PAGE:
A series of interviews with hard-working writers – by another hard-working writer!
by Kelly Jo Brick
Aspiring writers often wonder how the pros got where they are. The truth is, everyone’s story is different, but there are some common elements: dedication, persistence and hard work.
Writer Jacque Edmonds Cofer was living in Detroit when she heard about The Disney-ABC Writers Program. Her spec for A Different World, won her a place in the program and was the starting point for her writing career that includes writing for Martin, Living Single, Moesha and creating Let’s Stay Together
WHAT WAS YOUR FIRST JOB IN THE INDUSTRY?
So my first job, I guess was as part of the Walt Disney – ABC Writers Program. It was only the second year of the program. I was living in Detroit at the time. I just heard about it sort of through a fluke and applied. So I didn’t know it was competitive. I kinda thought I might be the only one applying for this thing. I wrote my first spec script and got in. It was a spec for A Different World about a student who was HIV-positive.
That was 91, something like that. There was still a lot of fear around that issue, a lot of confusion about what it really meant and the difference between HIV-positive and actually having AIDS. So the message, if there was a message, was that people don’t change just because of their health. If he’s a great guy, he’s still a great guy.
WHAT DID THE WRITING PROGRAM INVOLVE?
There were four of us on the TV side and I think about 11 feature writers. We had seminars at the Disney studio where different feature and TV writers would come and speak, a Q&A or screenings, that sort of thing.
There were a lot of pilot screenings. The sort of self-directed part of it was that you pretty much had access to the lot. And I really took advantage of that. Every day I was at a taping or a screening or something that was going on. You know, there are a lot of resources there.
So in addition to the sort of formal training in outlining and pitching and developing a script and all of that, there was the informal access to the industry. Which I think was very important because of the four of us, two of us were from the Midwest. None of us really had that insight into how things work. In addition to just sitting at your computer writing a script there’s a lot that goes on in terms of how to meet people, how to get a job, what the trends are.
WHAT HAPPENED AFTER ABC?
I really started working on spec material in preparation for staffing. I did get an agent and I got my first staff job on Martin the year after the fellowship.
FROM MARTIN, WHERE DID THE PATH TAKE YOU?
I was there 3 years and had a great showrunner that first year. There were no boundaries there according to your level of writer. So from staff writer I was going to edit sessions, mix session and all that. He was like if you want to come, come. If you want to hang out while I do the first cut, come sit in my office. So that was great experience.
It allowed me to move up really quickly. I started as a staff writer, in 3 years I was supervising producer and then the next season went on to Living Single as co-exec. So it was very fast.
WHAT ARE YOU LOOKING FOR IN A STAFF WRITER?
For me, I’m always going to look at personality; how well I think that they’re going to blend in our writers’ room with the other people. They can’t be easily offended. Sitcom writers are a very offensive bunch of people. So you gotta let it go.
They can’t be too defensive or protective of their work which is pretty much a new writer issue in general. I mean, I remember being in tears over my first couple of scripts. Not because of changes per say, but because of the way it was being changed. Now with hindsight, I still of course think I was right, but I guess I now know how to write so things aren’t misinterpreted.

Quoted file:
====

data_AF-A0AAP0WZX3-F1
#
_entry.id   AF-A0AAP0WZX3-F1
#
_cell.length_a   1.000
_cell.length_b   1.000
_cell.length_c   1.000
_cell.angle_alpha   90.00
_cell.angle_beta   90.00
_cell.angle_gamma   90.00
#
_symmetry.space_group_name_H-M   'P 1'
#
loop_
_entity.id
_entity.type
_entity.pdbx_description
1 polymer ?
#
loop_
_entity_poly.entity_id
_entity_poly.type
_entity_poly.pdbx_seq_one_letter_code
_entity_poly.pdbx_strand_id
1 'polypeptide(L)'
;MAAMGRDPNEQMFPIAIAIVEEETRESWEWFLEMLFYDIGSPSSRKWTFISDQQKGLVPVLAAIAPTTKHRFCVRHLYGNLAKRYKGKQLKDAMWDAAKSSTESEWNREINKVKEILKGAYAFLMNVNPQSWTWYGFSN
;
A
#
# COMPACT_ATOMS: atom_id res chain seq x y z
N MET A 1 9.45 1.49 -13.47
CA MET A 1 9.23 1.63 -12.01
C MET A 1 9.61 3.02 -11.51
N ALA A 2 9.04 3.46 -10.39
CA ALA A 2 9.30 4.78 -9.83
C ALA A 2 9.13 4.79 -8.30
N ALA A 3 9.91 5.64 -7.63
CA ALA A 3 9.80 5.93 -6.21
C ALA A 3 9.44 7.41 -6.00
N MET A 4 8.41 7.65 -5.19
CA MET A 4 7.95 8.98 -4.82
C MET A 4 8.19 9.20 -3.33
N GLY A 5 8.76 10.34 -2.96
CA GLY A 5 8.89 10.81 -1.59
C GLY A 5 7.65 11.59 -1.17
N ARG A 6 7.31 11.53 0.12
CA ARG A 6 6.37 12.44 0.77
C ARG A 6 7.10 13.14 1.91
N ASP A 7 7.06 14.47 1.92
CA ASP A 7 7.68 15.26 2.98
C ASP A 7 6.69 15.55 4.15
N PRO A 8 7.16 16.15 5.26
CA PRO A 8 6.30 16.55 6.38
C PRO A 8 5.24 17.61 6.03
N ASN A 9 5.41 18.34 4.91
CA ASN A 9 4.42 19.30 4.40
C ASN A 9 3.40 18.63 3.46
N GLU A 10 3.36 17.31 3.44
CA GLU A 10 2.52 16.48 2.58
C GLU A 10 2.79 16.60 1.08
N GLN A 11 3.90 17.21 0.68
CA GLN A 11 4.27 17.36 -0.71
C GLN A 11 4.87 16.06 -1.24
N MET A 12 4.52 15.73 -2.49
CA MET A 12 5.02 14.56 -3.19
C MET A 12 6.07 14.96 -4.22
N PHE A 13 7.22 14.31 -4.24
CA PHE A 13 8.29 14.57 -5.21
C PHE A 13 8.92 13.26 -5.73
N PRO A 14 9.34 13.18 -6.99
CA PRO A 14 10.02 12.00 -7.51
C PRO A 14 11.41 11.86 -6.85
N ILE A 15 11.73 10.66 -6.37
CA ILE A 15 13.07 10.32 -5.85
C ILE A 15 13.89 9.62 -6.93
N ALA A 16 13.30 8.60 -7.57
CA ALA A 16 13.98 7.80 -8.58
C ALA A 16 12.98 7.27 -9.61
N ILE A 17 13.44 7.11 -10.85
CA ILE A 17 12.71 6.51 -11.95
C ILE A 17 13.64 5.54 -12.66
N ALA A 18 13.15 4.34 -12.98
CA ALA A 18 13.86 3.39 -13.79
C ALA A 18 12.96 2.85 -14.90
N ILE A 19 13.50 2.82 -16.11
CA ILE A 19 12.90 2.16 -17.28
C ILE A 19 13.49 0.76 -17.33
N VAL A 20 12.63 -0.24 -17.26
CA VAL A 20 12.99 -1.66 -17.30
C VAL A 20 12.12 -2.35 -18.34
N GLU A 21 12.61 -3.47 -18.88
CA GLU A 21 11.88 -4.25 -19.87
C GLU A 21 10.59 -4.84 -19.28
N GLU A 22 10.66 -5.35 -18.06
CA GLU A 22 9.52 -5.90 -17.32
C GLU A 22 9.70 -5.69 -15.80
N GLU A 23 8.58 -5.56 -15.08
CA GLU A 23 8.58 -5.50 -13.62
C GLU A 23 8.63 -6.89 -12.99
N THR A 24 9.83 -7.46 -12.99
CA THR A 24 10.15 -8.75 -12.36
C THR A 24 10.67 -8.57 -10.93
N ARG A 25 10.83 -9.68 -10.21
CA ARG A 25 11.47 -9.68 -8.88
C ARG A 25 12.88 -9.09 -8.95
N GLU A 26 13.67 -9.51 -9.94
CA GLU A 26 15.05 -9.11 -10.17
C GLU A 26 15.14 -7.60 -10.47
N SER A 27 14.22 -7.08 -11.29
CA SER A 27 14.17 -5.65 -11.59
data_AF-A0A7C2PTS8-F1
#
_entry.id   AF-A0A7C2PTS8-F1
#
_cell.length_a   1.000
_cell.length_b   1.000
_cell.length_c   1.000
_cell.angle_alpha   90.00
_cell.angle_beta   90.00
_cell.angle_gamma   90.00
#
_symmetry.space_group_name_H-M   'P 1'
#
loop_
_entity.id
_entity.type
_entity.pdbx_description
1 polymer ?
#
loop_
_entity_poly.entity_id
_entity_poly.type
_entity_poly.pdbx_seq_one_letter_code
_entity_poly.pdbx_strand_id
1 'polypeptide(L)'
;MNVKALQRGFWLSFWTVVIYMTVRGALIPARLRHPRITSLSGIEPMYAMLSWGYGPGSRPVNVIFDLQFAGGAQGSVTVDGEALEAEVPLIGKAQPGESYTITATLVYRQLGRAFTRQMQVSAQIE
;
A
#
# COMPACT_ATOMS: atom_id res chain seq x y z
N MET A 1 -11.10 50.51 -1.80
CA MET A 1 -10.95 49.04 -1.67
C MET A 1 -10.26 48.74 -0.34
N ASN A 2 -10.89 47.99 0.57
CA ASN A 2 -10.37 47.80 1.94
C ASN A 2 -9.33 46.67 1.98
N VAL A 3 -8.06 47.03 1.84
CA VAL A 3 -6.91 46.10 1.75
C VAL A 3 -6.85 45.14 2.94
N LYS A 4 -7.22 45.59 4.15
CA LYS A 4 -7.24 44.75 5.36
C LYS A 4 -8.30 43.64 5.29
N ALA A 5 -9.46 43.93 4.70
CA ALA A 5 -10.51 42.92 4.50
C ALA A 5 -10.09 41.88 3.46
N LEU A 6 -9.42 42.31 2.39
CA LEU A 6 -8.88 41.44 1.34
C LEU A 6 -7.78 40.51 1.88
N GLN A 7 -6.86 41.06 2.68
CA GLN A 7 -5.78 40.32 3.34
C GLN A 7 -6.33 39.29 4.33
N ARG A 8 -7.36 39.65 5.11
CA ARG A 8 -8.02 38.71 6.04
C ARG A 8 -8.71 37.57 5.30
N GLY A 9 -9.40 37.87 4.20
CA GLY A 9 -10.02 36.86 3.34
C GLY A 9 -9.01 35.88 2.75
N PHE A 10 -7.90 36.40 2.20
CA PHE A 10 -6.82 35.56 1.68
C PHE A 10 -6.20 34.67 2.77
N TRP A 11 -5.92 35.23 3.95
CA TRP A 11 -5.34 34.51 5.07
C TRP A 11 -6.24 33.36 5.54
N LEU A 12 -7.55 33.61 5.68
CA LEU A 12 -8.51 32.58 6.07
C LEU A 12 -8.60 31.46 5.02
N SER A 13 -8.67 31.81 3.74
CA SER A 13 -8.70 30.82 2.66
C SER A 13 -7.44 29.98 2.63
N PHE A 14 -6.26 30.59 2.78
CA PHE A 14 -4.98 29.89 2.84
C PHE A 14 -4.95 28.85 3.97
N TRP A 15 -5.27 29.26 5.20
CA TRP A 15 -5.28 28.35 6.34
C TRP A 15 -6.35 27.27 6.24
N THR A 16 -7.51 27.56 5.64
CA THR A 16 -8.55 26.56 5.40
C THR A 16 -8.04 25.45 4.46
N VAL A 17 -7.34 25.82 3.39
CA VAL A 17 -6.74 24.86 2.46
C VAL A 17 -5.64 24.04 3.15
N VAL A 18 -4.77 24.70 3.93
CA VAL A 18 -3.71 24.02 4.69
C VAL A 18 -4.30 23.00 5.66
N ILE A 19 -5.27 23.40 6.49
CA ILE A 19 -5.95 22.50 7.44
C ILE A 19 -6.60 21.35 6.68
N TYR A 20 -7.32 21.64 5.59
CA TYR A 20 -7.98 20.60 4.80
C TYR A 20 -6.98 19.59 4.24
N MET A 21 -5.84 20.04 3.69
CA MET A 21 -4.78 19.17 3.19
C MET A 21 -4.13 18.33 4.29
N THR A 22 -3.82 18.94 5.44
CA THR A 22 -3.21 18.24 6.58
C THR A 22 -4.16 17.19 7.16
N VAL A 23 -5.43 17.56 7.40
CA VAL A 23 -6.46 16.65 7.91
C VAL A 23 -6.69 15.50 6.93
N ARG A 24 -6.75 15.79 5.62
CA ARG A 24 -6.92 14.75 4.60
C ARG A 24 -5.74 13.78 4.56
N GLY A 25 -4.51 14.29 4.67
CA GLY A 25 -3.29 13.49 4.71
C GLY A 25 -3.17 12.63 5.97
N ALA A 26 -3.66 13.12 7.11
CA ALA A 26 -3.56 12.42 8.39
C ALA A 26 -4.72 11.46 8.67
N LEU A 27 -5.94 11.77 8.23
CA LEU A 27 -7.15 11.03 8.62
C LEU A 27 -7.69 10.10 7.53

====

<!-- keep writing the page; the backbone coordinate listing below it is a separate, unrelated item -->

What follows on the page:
So personality, ability to blend in and then if they’re bringing anything unique. A unique perspective, particularly one that relates to the show. It’s what life experience they bring to the show and this is all on top of me having read the script and saying that they’re a really good writer.
I read a script recently that was passed on to me, someone who’s just a very, very beginning writer and the script it’s kind of interesting, the characters are kind of interesting, it kind of fell apart about half-way through. But what really came through for me in the script was this writer had a really good sense of fun.
The script was very playful. It was very upbeat. She was really going for laughs. And I really like that, even though she’s not there yet, but I can see in her writing that with some training and some experience she’ll get there. The fact that it fell apart when it did, she took a couple shortcuts. Those are rookie mistakes and those are things that can be addressed as opposed to reading a comedy script that’s just not funny, doesn’t have the laughs or just doesn’t have that spirit of fun.
DO YOU PREFER TO READ SPECS OR ORIGINAL PILOTS?
I’ll read specs of current shows, although if you’re a fan of the show, you’re a harsher judge. I would maybe be more critical. It’s kind of a double-edged sword. If I have the opportunity, I want to see both, because if I’m hiring you, you will be doing my show and that’s really what I want to see, how they adapt to my voice.
WHAT’S THE BEST ADVICE YOU RECEIVED AS A WRITER?
One thing that I did have to learn is to not take it personally. You know your jokes are going to get killed, your stories are going to get changed. You can’t hold on too tightly. If you’re smart, you just put it in the file and it will show up in another script and it won’t get cut that time.
The second one was to read, write and watch as much as you can. Because particularly now, as there are so many, many different forms of entertainment and ways to deliver it.
Kelly Jo Brick is a Contributing Editor to TVWriter™. Find out more about her HERE.